I haven’t said it explicitly yet, but I write for Box Office Prophets, this movie is called Scott Pilgrim Vs. The World, and you’ll notice that there are no tarring and feathering sessions planned for me from my colleagues. So, yes, I loved Scott Pilgrim vs. The World. Like most of the folks at BOP, I’ve read the series and I liked it. I was happy to read the final volume and see that it stuck the landing, but I was not really sure what to expect from the film version. What I got was one of the most joyous, exuberant, exciting films I’ve seen in a long time. The casting (yeah, including apparent Hollywood whipping boy Michael Cera) is uniformly excellent, the script surprisingly funnier than I’d have expected, the music catchy and just right, and the technical aspects of Scott Pilgrim are far more dazzling than I could have dreamed.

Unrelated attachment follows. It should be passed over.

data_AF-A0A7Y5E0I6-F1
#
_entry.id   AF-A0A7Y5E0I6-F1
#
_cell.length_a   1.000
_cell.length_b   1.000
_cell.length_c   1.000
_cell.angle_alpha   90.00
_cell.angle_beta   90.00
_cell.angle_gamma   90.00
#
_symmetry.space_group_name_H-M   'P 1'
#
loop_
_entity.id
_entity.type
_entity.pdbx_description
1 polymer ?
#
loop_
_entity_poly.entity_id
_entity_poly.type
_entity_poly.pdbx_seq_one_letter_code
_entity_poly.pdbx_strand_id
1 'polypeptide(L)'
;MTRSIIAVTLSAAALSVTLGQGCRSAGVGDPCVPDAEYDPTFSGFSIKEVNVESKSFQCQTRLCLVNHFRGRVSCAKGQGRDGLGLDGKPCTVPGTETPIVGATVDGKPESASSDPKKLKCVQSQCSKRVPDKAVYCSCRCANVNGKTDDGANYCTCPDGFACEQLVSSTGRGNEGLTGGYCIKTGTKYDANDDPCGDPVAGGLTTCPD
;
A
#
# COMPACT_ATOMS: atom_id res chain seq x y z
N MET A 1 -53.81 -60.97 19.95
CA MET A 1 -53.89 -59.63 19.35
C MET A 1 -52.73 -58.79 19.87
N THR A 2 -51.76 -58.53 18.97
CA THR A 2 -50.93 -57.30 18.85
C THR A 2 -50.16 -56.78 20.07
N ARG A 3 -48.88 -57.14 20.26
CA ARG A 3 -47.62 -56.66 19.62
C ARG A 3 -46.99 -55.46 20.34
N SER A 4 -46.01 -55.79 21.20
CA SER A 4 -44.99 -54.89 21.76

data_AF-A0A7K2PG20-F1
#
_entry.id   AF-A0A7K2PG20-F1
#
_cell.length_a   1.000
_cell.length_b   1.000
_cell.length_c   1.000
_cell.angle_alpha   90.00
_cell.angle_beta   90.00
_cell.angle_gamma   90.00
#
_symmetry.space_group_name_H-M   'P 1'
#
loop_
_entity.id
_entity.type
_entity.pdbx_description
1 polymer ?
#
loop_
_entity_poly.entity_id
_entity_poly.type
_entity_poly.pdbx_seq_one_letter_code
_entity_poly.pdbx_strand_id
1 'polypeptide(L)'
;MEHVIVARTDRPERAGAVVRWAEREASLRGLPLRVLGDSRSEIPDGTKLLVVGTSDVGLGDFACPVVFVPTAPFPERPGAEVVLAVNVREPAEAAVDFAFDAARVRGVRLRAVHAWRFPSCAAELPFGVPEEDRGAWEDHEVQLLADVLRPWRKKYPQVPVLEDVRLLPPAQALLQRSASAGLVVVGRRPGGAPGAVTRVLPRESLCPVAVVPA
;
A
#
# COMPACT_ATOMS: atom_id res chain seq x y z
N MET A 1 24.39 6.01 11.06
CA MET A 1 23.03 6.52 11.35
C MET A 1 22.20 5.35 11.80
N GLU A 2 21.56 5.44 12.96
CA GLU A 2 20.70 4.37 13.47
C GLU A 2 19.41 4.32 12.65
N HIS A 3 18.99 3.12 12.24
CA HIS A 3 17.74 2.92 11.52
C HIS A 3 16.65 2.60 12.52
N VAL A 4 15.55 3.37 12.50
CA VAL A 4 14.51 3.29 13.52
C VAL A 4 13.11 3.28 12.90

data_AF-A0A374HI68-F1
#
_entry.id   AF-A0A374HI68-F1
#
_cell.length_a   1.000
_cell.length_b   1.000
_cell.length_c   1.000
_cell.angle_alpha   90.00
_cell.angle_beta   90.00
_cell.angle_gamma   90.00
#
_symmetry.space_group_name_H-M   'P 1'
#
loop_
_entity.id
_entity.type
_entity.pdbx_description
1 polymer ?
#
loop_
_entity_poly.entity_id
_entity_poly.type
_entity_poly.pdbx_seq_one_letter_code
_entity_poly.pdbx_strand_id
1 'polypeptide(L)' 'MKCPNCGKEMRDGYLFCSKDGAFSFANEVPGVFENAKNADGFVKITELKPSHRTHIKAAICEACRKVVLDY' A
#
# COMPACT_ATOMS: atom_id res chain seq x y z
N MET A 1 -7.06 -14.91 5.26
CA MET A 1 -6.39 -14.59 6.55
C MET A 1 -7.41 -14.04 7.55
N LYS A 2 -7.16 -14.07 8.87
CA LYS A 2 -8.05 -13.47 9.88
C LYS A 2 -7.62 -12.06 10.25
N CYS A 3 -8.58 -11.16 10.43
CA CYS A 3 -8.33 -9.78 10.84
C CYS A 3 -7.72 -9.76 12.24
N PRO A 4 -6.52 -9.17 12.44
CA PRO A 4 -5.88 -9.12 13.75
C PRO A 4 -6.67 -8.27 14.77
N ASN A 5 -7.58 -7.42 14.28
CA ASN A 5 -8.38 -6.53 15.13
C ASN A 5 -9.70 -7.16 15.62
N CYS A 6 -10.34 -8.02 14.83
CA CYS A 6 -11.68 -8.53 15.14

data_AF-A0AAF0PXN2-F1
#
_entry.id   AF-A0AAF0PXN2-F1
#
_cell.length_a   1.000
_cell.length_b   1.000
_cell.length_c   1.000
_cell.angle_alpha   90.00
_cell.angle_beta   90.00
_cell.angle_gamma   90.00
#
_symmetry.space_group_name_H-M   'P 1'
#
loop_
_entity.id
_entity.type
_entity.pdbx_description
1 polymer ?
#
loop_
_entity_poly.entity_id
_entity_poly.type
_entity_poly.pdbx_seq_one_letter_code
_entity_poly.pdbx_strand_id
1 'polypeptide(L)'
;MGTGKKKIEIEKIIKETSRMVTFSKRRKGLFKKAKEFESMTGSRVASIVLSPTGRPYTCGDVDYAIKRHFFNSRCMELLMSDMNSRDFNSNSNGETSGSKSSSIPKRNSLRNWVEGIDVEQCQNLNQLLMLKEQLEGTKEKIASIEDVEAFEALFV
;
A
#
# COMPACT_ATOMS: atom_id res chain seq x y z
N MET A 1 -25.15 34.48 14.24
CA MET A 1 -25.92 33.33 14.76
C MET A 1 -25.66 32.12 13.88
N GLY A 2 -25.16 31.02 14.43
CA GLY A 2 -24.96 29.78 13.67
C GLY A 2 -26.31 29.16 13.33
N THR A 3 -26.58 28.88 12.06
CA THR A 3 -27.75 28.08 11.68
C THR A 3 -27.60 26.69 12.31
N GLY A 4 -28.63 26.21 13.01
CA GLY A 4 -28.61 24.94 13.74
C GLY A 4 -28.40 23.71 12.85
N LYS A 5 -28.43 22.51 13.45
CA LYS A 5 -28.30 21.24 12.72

By now, of course, you have probably read the post-mortem for the past weekend. We all know that Scott Pilgrim vs. The World is many things, but a big moneymaker is not one of them. The whys can be debated until the end of time, but I wanted to address a generalization I’ve been seeing among those who’ve seen and talked about the movie. If you’re under a certain age, you will love this movie. If you’re over a certain age, you will hate or not understand this movie. If you don’t like video games or comic books, don’t come any closer to the movie. If you love video games and comic books, well, then, Mr. or Ms. Nerd, why haven’t you bought your tickets yet?